Akam 113

Sudalaimuthu Palaniappan palaniappa at AOL.COM
Sun Sep 19 01:36:08 UTC 2010

Dear Indologists,

In the Classical Tamil poem Akanāṉūṟu (Akam) 113, consider the following line.

 eḻāap pāṇaṉ nal nāṭṭu umpar (Akam. 113.17)

The word 'eḻāa' has been interpreted by the commentators variously as meaning 'not attacking those fleeing the battle' or 'not fleeing from the battle'. I think what we seem to have here is a negative adjectival participial form of the causative 'eḻu' 'to make music, to play the lute', offering a simple and direct meaning of 'not making music'. The poet is cleverly using the same device we find in vēḷāp pārppāṉ (Akam.24.1) where vēḷā 'non-sacrificing' is used in a similar fashion. Thus Pāṇaṉ, the king or chieftain, is a pāṇaṉ who does not make music. Thus the poet signifies the dynastic name which later came to be called 'bāṇa'. We also find such usages involving homonyms such as porunar (porāap porunar 'non-fighting porunar') in Classical tamil texts. 

If this is correct, then what we have here is an indication that the earlier form of the dynastic name 'bāṇa' was most probably 'pāṇaṉ'. Such voicing of initial voiceless consonants could have arisen as in DEDR 4124 Ta. pāṉai Te. bāṉa or as a result of re-interpretation of the word 'pāṇa-' found in the compound Perumpāṇa- (as in Perumpāṇappāṭi, the region lying across the Tamil-Telugu border land) the Sanskrit equivalent of which would be Bṛhadbāṇa which is found in the Tālagunda pillar inscription of 5th century CE (EI 8, p.32). The voiced pronunciation of 'p' as 'b' after the nasal 'm' could have given rise to such interpretation. (There does not seem to be a Telugu cognate of DEDR 4068 Ta. pāṇaṉ). 

The Bāṇa dynasty later claimed an origin from the puranic asura Mahābali through his son Bāṇa. This connection is also indicated in the Maṇimēkalai 19.54. (Does any other Indian dynasty claim descent from Bali?)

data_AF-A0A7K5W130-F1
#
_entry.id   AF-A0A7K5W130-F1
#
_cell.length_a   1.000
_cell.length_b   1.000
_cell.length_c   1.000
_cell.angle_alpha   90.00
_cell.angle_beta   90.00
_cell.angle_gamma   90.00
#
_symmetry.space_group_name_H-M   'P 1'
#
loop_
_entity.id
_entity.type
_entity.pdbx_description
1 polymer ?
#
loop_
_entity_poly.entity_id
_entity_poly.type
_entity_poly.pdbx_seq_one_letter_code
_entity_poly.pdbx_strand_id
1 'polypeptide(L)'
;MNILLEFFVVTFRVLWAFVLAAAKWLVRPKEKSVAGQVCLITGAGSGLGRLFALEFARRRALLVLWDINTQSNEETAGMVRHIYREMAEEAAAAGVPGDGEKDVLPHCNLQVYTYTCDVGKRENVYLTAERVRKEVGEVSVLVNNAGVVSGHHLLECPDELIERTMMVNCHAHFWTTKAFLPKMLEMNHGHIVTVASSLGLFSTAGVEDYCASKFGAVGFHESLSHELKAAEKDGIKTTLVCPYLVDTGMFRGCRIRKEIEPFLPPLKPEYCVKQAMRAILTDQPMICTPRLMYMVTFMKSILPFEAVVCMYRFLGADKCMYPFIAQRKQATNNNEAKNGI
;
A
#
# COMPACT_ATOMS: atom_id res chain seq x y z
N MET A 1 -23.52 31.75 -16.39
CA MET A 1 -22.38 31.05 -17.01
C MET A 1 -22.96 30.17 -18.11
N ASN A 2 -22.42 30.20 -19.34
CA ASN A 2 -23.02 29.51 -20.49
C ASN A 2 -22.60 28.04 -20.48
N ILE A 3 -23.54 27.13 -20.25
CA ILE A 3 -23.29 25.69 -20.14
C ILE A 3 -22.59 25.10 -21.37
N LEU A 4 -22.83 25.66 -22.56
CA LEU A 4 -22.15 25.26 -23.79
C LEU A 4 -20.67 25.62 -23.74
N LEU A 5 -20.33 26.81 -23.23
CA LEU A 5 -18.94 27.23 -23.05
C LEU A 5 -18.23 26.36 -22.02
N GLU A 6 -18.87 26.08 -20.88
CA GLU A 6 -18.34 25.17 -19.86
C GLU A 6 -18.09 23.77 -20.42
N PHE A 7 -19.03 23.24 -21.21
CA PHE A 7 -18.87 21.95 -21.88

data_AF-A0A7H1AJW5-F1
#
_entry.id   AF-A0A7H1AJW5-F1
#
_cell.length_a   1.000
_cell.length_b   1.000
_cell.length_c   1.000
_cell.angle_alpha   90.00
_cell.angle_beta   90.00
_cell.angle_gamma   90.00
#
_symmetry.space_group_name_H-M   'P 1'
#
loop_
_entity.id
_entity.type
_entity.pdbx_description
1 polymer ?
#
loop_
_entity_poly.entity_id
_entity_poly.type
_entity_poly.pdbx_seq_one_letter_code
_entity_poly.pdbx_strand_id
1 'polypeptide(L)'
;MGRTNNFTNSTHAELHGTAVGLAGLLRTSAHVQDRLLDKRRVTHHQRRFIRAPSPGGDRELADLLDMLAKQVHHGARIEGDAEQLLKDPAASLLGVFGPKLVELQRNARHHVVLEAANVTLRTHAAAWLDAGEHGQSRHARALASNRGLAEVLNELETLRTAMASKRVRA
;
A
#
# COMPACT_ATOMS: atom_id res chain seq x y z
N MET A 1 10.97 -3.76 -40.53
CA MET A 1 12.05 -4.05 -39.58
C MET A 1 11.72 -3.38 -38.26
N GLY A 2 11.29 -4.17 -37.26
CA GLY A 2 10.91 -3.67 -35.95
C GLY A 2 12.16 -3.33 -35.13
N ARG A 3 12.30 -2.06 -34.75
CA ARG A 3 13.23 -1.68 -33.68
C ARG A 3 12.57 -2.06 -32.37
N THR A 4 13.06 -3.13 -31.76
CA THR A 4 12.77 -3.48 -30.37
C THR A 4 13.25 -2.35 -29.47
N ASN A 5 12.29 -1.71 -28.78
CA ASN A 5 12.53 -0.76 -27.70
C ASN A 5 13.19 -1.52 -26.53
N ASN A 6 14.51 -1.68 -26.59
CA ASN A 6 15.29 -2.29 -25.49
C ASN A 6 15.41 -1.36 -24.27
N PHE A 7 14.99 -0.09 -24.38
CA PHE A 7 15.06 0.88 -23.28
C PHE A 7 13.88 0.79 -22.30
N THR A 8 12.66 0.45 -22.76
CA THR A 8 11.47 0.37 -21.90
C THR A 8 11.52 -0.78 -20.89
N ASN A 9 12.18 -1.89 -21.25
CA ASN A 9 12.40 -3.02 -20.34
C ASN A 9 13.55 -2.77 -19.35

A question arises as to whether 'Bāṇa' could not be the original and that the Tamil text simply devoiced 'b' to 'p'. If 'b' were the original, the Tamil form would usually end up being 'v' as indeed Cilappatikāram 6.54 referring to the puranic 'Bāṇa' as 'Vāṇaṉ' shows. The Cengam herostones of 6th century refer to the Bāṇa king as 'Perumpāṇṇaraicar'. From 7th century, the form ''Vāṇakō Araicaru' is seen more and more but 'we also see 'Perumpāṇatiyaraicar' in the 8th century. Thus if the word-initial sound is 'b', it seems to be rendered by Tamil 'v', while medial 'b' is rendered as Tamil 'p' since medially original Tamil 'p' would also sound as  'b'. In such a scenario, the name 'pāṇaṉ' in Akam. 113 with an initial 'p' instead of 'v' should most probably indicate that the original form was 'pāṇaṉ'. 

If that is correct, then we have the sound variation p-* > b- > v- in the names attested over time.

A related discussion is found in Iravatham Mahadevan's "Early Tamil Epigraphy," p. 629. However, Dr. E. Subbarayalu feels that 'pāṇarāṣṭra' mentioned in "Lokavibhāga' may be different from Perumpāṇappāṭi.

I would appreciate comments from the Indologists.

Thanks in advance.


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